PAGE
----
Getting your omega-3s

Thank you for drawing attention to omega-3s in your article, “10 nutrients that can lift your spirits” [Jan. 14]. While all types of omega-3s, plant-based and marine-based, are healthful, they are not the same and are not linked to the same health benefits. The most powerful omega-3s are called EPA and DHA and are found almost exclusively in marine foods (seafood and seaweed). DHA is the big player in brain development and health. The type of omega-3s found in plant foods are called ALA and the body is quite inefficient at turning ALA into EPA and DHA. Vegetarians or people who don’t eat fish can take an algae-based supplement to get their EPA and DHA. This is particularly important for pregnant women looking to reap the brain-boosting benefits of DHA for themselves and their babies.

Additional information is available in this 2012 Q&A from Tufts nutrition experts:

As a vegetarian, can I get enough omega-3 from walnuts, flax seed, canola oil and trace amounts in other foods?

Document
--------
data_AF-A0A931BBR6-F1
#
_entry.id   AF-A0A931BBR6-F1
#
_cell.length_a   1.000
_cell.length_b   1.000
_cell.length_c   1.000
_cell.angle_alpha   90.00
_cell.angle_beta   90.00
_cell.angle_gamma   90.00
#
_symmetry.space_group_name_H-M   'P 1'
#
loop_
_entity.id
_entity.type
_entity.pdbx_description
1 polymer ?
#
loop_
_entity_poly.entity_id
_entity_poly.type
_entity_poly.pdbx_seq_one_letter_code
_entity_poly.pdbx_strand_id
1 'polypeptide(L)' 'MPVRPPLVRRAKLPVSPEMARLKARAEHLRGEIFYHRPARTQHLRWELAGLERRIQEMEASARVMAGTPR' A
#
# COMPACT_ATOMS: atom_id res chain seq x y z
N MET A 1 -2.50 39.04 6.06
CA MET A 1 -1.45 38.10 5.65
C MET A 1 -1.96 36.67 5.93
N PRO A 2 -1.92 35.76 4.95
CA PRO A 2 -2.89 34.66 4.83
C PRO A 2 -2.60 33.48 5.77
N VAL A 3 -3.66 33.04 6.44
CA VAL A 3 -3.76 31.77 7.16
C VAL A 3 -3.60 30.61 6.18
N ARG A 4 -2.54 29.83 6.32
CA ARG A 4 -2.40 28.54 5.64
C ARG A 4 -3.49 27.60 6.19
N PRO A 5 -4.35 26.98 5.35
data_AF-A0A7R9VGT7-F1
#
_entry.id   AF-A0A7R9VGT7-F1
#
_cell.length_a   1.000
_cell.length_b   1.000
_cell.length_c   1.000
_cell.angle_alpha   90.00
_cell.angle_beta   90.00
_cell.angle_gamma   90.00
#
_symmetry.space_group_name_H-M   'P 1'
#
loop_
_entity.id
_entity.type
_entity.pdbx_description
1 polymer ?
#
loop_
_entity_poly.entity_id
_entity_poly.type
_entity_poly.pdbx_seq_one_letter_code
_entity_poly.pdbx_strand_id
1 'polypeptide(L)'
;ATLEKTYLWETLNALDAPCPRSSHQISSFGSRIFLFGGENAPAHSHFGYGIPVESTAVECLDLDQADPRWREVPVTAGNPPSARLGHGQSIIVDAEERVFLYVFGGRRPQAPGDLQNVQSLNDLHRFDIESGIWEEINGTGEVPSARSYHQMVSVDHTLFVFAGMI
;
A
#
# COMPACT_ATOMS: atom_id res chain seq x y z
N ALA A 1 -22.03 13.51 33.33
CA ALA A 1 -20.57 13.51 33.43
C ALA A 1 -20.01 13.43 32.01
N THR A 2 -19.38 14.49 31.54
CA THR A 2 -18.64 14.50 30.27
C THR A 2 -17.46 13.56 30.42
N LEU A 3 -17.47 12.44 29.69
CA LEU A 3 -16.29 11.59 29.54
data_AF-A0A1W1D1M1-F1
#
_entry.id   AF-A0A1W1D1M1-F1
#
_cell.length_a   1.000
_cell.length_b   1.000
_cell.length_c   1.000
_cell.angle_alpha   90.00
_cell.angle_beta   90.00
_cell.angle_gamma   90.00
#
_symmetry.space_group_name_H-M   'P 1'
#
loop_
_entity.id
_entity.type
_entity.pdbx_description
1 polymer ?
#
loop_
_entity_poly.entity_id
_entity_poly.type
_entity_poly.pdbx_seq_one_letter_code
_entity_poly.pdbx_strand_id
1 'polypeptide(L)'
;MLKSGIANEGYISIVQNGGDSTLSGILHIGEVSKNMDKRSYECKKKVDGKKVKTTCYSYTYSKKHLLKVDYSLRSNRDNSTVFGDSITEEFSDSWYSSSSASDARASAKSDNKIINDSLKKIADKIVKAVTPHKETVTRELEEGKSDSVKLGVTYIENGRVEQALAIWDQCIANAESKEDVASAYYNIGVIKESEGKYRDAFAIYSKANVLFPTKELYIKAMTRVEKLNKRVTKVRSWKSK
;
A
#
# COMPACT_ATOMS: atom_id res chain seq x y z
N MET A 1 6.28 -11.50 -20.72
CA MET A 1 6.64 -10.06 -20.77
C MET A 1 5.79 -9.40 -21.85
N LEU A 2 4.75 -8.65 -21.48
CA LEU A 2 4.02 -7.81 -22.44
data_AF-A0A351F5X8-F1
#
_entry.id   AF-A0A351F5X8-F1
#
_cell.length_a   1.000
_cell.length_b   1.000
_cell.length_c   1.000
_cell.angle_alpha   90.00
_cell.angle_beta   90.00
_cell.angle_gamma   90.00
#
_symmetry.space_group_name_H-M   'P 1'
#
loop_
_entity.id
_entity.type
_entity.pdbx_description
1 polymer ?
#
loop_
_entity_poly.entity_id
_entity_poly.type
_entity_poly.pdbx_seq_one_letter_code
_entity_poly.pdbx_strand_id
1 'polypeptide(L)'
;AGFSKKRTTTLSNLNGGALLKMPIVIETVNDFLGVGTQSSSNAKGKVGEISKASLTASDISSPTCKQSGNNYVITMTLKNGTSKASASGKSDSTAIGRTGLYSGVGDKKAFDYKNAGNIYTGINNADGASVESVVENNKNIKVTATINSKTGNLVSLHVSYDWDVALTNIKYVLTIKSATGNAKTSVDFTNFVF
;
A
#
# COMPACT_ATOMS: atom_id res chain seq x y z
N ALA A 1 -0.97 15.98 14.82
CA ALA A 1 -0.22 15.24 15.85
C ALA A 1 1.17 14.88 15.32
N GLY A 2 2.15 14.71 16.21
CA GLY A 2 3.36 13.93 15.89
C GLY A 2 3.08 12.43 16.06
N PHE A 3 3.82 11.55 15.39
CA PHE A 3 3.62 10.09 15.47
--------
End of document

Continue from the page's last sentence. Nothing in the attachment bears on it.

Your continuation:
The omega-3 fatty acids found in plant foods (ALA) have their own health benefits, but they are not the same as the omega-3s found in fish (DHA and EPA) that have been associated with heart-health benefits. According to Alice H. Lichtenstein, director of Tufts’ Human Nutrition Research Center on Aging Cardiovascular Nutrition Laboratory, while your body does convert ALA into DHA/EPA, studies have found that this conversion is very inefficient. Only between 3 percent and 5 percent of the ALA gets converted into EPA and as little as 0.5 percent to 9 percent into DHA. If you’re concerned about getting enough of the ­omega-3s found in fish, it is possible to buy vegetarian supplements that derive DHA from algae.

Jennifer McGuire, MS, RD, National Fisheries Institute, McLean, Va.